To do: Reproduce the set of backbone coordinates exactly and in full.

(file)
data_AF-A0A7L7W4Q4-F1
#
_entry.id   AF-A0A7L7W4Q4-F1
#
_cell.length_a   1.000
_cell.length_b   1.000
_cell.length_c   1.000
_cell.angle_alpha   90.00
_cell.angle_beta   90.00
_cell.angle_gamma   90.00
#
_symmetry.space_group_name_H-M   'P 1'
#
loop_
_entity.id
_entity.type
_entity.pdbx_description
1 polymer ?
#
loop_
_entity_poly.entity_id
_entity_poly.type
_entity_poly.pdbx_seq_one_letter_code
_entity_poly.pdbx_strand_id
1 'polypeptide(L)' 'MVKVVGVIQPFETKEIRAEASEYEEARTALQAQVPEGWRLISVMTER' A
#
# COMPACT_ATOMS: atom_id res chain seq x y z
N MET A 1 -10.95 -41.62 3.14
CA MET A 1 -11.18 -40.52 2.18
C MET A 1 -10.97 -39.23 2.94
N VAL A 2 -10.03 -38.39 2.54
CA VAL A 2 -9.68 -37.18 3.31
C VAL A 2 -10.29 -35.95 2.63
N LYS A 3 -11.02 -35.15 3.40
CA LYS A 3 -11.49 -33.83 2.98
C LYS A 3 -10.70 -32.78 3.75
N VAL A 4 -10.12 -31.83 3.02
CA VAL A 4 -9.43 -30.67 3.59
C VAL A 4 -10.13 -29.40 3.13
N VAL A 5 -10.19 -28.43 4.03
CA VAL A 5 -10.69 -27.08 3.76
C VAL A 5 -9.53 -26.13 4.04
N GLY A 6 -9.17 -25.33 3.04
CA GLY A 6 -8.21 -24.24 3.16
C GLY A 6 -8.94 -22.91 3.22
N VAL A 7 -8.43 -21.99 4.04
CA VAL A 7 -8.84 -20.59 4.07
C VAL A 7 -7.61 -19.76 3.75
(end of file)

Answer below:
data_AF-A0A7L7W4Q4-F1
#
_entry.id   AF-A0A7L7W4Q4-F1
#
_cell.length_a   1.000
_cell.length_b   1.000
_cell.length_c   1.000
_cell.angle_alpha   90.00
_cell.angle_beta   90.00
_cell.angle_gamma   90.00
#
_symmetry.space_group_name_H-M   'P 1'
#
loop_
_entity.id
_entity.type
_entity.pdbx_description
1 polymer ?
#
loop_
_entity_poly.entity_id
_entity_poly.type
_entity_poly.pdbx_seq_one_letter_code
_entity_poly.pdbx_strand_id
1 'polypeptide(L)' 'MVKVVGVIQPFETKEIRAEASEYEEARTALQAQVPEGWRLISVMTER' A
#
# COMPACT_ATOMS: atom_id res chain seq x y z
N MET A 1 -10.95 -41.62 3.14
CA MET A 1 -11.18 -40.52 2.18
C MET A 1 -10.97 -39.23 2.94
N VAL A 2 -10.03 -38.39 2.54
CA VAL A 2 -9.68 -37.18 3.31
C VAL A 2 -10.29 -35.95 2.63
N LYS A 3 -11.02 -35.15 3.40
CA LYS A 3 -11.49 -33.83 2.98
C LYS A 3 -10.70 -32.78 3.75
N VAL A 4 -10.12 -31.83 3.02
CA VAL A 4 -9.43 -30.67 3.59
C VAL A 4 -10.13 -29.40 3.13
N VAL A 5 -10.19 -28.43 4.03
CA VAL A 5 -10.69 -27.08 3.76
C VAL A 5 -9.53 -26.13 4.04
N GLY A 6 -9.17 -25.33 3.04
CA GLY A 6 -8.21 -24.24 3.16
C GLY A 6 -8.94 -22.91 3.22
N VAL A 7 -8.43 -21.99 4.04
CA VAL A 7 -8.84 -20.59 4.07
C VAL A 7 -7.61 -19.76 3.75